|We grow up but never out of high school|
Any American who attended a public high school knows that the students live in a social and cultural limbo. Over achieving strivers are wedged together with cheerleaders. Hard rock students in black concert shirts walk the hallways with people into hip-hop wearing track suites. The public high school is one of the few places where people from different economic circumstances, races, and levels of educational acumen are forces to interact with each other. Naturally, they self-separated and create tribes.
As a dorky kid, I was both outcast and court jester for the insular and sad world. Eventually, I found a niche in forensics to develop my public speaking and in JROTC to improve my self-discipline. The formative time shaped me into what I am today.
To my surprise, the mean girls who tormented me in school would resurface as marketing, human resources, and project management professionals. The homecoming kings and athletes would transform into sales professionals and executives. The dorky people who said not to drugs, studies hard, and developed insane technical skills. We still answer to these monster in corporate environments. No wonder so many of us become entrepreneurs.
The first thing I have learned is that mean girls grow up to be mean woman. I have also learned that mean people are not worth your emotional energy. They are going to remain mean so the best strategy is to ignore them or treat them with the contempt they deserve. Telling someone they are being a jerk is the first step in getting them to change. It is also good to point out to their bosses that the mean person’s attitude is why projects are not getting done on time or on budget. You will be pleasantly surprised what happens next. A good leader will fix that situation immediately.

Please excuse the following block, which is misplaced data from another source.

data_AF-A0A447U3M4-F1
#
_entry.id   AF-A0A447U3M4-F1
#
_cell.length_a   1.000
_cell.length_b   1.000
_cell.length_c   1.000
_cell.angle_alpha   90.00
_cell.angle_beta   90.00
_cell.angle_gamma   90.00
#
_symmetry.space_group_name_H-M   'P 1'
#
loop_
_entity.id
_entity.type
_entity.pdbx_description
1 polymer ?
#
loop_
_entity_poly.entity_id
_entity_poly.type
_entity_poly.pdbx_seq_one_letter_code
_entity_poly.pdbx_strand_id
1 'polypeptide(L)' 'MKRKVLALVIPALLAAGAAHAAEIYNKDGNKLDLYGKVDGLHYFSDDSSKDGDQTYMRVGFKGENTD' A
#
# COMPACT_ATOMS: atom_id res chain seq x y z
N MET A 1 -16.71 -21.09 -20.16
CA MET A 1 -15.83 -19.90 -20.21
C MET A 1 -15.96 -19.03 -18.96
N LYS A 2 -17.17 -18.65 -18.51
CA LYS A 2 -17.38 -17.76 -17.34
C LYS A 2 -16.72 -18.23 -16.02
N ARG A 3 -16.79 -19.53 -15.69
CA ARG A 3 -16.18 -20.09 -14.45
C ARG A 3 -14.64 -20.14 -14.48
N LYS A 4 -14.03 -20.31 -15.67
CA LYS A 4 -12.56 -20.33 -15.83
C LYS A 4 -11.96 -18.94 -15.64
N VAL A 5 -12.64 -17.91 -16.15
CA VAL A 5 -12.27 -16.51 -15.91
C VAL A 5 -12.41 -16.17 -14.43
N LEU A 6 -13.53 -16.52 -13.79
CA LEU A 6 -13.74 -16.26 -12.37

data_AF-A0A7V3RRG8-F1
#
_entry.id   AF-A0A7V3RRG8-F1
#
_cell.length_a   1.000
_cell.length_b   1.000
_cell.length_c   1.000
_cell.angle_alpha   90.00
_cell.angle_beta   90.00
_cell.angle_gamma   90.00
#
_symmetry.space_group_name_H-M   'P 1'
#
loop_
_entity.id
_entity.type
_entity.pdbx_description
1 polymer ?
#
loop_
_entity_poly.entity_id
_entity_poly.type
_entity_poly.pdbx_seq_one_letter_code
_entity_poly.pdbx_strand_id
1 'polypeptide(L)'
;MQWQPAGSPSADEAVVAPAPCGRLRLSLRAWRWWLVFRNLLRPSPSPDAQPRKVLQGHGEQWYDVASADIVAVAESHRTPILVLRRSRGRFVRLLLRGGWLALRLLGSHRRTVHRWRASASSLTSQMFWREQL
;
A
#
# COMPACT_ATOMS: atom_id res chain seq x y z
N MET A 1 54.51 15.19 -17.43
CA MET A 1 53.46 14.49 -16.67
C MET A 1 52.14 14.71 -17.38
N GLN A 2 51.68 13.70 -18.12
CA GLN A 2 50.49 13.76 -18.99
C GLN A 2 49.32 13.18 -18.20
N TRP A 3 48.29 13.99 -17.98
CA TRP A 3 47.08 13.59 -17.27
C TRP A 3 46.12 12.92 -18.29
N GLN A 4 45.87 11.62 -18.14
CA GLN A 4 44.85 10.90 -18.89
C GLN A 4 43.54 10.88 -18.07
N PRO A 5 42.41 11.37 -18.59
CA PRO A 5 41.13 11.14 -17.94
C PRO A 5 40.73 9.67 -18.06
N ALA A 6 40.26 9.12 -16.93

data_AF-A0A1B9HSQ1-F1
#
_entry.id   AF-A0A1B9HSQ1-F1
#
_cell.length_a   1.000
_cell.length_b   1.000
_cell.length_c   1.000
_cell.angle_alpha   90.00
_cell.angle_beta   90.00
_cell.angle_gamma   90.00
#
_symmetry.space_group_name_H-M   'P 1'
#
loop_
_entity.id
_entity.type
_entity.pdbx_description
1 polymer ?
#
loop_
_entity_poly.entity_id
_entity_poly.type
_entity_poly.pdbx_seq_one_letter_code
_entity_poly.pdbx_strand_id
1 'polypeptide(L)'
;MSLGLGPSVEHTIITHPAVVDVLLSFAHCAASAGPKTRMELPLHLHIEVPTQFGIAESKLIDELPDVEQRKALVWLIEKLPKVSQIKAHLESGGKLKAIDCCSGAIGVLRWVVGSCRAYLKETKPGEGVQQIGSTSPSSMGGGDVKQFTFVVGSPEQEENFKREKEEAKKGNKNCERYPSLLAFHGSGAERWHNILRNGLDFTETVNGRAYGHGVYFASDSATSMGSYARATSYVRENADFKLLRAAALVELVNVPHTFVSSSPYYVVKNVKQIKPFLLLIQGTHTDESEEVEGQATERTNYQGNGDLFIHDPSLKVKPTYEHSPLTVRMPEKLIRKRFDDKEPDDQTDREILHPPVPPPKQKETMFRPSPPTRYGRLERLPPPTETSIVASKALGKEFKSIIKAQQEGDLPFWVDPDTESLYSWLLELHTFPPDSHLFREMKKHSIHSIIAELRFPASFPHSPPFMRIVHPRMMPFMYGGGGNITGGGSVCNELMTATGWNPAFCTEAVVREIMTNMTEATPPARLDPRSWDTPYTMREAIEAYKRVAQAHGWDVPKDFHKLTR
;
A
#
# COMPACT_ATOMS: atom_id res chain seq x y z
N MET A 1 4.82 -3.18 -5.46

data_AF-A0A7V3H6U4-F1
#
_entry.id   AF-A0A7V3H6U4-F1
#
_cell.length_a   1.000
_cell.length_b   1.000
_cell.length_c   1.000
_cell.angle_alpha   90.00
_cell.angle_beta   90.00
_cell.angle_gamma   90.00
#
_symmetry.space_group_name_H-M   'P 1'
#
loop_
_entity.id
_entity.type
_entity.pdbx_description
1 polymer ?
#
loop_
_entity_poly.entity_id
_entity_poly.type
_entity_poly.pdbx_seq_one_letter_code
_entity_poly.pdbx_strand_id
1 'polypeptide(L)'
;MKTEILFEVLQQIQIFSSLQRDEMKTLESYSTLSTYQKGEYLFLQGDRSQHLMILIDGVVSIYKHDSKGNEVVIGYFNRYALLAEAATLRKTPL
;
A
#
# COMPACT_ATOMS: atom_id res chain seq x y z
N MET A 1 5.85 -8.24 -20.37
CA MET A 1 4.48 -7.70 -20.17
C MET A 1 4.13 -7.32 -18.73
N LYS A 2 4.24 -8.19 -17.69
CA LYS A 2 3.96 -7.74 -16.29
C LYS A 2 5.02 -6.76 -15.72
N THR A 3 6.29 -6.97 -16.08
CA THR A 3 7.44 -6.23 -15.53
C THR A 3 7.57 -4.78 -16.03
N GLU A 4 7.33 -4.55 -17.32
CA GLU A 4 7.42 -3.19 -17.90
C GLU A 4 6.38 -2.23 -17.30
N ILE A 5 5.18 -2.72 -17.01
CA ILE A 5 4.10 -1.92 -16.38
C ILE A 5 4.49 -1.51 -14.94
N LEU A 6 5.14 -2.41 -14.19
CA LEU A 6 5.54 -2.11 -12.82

As for the athletes and popular people who become executives, I have found listening to sports radio and watching ESPN sports center gives me enough knowledge to talk sports without sounding totally clueless. It also allows you to use sports metaphors to describe technical situations. For instance, I was building a web site and running into problems with the corporate active directory. I told a boss that the situation was like a basketball team with a player who won’t pass the ball. A few phone calls later my issue was fixed.
I am not suggesting that you become a tattle tale but I have discovered that when interpersonal issues prevent a project getting completed leaders behave like a high school principle and step in. It is not pretty but in a world where dollars and cents count. The person who gets work done is always going to receive preferential treatment over the person preventing that from happening.
So none of us really escape high school but hopefully as adults we can deal with the people who act like they are still in it.
Until next time.